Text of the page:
3 Simple Chipping Techniques for Precision and Accuracy
The PGA Tour makes the leap over to Hilton Head, South Carolina for this week’s stop, the RBC Heritage. Sea Pines Resort is known to be a ball striker’s golf course with the pine tree lined fairways paired with some of the smallest greens PGA Tour players will see all year. So one thing’s for certain PGA Tour players have got to be extremely accurate. If they’re not, you’ll see them missing greens and needing to get up and down to stay in the mix. The biggest thing in chipping is learning to control how far the golf ball rolls. The game is hard enough, so here are three simple techniques you’ll see PGA Tour players use to control their chip shots.
Take in the entire hole. Walk up to the hole and visualize the shot from behind the hole. Picture how the golf ball will roll out.
– Try to do this while others are hitting, so you aren’t holding up play.
This is the most overlooked aspect, if you ask me. Select a golf club that will let the golf ball roll the entire distance. You want to get the ball on the green and rolling as soon as possible.
– Here’s an easy tip: The longer the golf club, the longer the golf ball will roll out.
Feel as though you make the same stroke every time you’re chipping. Also, if you can hit it low, move the ball back in your stance (center to right heel, for the right-handed golfer).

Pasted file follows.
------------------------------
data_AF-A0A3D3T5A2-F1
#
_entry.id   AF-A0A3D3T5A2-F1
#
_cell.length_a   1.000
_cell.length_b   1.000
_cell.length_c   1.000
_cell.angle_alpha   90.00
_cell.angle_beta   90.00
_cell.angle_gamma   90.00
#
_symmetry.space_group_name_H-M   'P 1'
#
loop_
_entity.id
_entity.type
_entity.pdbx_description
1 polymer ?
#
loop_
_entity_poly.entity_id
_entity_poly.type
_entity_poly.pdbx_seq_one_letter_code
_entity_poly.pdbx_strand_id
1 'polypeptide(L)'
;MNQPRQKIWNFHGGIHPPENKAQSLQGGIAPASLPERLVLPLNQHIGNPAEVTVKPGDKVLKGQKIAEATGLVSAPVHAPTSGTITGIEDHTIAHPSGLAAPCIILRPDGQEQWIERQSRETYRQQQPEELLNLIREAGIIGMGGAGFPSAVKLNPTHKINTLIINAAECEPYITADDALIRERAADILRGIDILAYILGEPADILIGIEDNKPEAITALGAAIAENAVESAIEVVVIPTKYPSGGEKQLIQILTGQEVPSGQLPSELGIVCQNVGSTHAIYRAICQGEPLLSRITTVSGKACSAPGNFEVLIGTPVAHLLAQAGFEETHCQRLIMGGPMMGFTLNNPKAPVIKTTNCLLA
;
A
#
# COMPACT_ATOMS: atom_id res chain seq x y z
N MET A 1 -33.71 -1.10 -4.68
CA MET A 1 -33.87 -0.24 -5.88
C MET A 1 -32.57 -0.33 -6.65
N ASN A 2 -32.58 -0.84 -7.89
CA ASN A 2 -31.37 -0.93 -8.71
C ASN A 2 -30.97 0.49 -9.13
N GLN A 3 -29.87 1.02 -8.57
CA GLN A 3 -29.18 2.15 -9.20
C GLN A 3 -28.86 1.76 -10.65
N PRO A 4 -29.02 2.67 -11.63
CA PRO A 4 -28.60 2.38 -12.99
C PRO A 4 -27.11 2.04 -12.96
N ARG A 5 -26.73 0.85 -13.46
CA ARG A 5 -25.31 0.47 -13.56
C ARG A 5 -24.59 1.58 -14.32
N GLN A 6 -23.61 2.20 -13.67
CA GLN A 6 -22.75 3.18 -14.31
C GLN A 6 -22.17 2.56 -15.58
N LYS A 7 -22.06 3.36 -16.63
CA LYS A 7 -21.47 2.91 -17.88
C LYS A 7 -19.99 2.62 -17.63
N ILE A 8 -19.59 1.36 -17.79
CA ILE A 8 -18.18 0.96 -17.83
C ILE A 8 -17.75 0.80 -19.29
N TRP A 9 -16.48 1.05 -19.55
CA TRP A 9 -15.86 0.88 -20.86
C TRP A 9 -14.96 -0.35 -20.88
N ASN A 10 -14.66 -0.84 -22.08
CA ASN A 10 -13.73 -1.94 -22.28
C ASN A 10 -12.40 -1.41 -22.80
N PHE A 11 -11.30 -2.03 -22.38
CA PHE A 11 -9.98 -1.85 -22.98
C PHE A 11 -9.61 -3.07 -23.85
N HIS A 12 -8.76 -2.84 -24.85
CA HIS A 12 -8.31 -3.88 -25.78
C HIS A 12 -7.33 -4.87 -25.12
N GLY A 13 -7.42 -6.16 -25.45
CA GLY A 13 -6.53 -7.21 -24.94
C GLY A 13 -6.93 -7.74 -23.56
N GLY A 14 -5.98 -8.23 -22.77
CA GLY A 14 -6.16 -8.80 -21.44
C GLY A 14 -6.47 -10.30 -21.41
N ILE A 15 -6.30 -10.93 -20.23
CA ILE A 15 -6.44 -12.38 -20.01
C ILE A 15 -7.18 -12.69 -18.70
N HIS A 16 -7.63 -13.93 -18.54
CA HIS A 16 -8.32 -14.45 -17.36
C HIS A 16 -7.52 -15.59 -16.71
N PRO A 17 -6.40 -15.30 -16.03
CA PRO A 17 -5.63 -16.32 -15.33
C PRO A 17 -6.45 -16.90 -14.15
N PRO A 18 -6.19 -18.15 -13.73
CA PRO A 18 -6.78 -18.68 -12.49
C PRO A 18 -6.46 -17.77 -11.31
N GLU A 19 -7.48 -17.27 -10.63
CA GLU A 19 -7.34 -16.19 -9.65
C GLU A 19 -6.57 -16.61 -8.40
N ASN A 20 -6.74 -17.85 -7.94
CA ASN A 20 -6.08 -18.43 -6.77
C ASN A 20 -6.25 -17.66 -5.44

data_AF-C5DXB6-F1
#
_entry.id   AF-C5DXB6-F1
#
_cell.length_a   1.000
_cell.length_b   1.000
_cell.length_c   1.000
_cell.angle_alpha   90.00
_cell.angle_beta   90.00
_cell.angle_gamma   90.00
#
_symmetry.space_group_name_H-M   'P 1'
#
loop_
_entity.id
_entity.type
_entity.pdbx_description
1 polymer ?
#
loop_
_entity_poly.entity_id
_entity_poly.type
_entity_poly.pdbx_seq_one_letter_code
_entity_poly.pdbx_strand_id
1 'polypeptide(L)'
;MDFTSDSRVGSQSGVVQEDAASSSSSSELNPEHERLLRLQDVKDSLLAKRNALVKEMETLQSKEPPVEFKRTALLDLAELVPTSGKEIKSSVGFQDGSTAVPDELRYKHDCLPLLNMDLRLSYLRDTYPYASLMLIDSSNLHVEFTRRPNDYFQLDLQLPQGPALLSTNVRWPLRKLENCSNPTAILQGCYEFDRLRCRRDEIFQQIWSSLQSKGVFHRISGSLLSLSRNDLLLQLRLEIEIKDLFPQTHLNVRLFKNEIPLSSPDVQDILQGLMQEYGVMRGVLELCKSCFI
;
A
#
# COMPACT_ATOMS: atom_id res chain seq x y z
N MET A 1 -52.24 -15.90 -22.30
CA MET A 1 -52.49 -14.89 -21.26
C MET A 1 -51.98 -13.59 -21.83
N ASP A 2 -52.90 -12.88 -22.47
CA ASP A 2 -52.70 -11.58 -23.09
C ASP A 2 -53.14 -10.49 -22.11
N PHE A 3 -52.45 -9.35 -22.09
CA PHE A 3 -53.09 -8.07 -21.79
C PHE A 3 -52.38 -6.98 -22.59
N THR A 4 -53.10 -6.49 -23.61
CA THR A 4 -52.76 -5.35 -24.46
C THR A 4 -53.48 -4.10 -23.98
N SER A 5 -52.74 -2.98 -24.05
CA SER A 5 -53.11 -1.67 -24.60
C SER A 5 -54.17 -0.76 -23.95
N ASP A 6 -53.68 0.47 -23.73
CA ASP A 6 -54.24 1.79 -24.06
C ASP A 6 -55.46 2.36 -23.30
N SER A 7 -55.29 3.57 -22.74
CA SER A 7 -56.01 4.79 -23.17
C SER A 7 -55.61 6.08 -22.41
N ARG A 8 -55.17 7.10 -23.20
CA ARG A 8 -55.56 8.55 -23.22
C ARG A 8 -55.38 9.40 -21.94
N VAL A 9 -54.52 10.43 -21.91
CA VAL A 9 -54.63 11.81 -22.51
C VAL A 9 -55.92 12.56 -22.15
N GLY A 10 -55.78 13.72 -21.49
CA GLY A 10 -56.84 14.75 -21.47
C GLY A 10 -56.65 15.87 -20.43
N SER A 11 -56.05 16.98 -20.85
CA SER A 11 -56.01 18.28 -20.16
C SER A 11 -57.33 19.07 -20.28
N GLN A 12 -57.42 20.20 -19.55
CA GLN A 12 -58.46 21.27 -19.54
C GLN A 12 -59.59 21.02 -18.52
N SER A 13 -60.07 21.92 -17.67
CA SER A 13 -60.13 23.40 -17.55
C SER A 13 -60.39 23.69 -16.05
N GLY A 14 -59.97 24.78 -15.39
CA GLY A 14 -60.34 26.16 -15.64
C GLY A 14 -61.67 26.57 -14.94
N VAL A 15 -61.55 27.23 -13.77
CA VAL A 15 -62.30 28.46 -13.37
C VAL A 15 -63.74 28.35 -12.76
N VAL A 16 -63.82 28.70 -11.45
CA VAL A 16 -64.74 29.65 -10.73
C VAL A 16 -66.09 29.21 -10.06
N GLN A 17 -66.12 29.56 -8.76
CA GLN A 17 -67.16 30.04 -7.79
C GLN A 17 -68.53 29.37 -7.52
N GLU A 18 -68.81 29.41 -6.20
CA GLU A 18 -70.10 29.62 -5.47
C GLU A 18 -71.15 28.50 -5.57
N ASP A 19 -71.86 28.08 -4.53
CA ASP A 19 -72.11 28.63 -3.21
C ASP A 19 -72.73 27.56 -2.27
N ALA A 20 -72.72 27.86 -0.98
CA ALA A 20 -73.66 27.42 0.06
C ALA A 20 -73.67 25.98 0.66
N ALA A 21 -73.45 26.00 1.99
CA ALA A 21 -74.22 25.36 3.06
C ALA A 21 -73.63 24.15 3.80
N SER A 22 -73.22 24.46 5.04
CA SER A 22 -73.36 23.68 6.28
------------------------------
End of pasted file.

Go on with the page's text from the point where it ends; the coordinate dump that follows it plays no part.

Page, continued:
1. Pre-Shot Routine – Walk to the hole and visualize the golf ball rolling.
2. Selection – Get the ball rolling as soon as possible.
3. Stroke – Make the same stroke every time.
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Catch up on previous lessons you’ve missed: 3 Secrets to Uneven Lies That Everyone Misses, Every Golfer Should Focus On These 2 Things, 3 Ways to Gain More Distance.
Alan Unruh is a Class “A” member of the PGA of America, and holds PGA Certifications in General Management, Golf Operations and Player Development. With these certifications, he is among the 1% of PGA members that hold multiple PGA Certifications. He has a profound passion for the game of golf along with extensive experience and knowledge regarding planning and strategy for golf operations, rules of golf, tournament operations and golf swing fundamentals. Alan has also played a crucial role helping manage multiple high profile tournaments throughout his career including the USGA Women’s U.S. Open, PGA and LPGA Tour events, and multiple NCAA and AJGA events.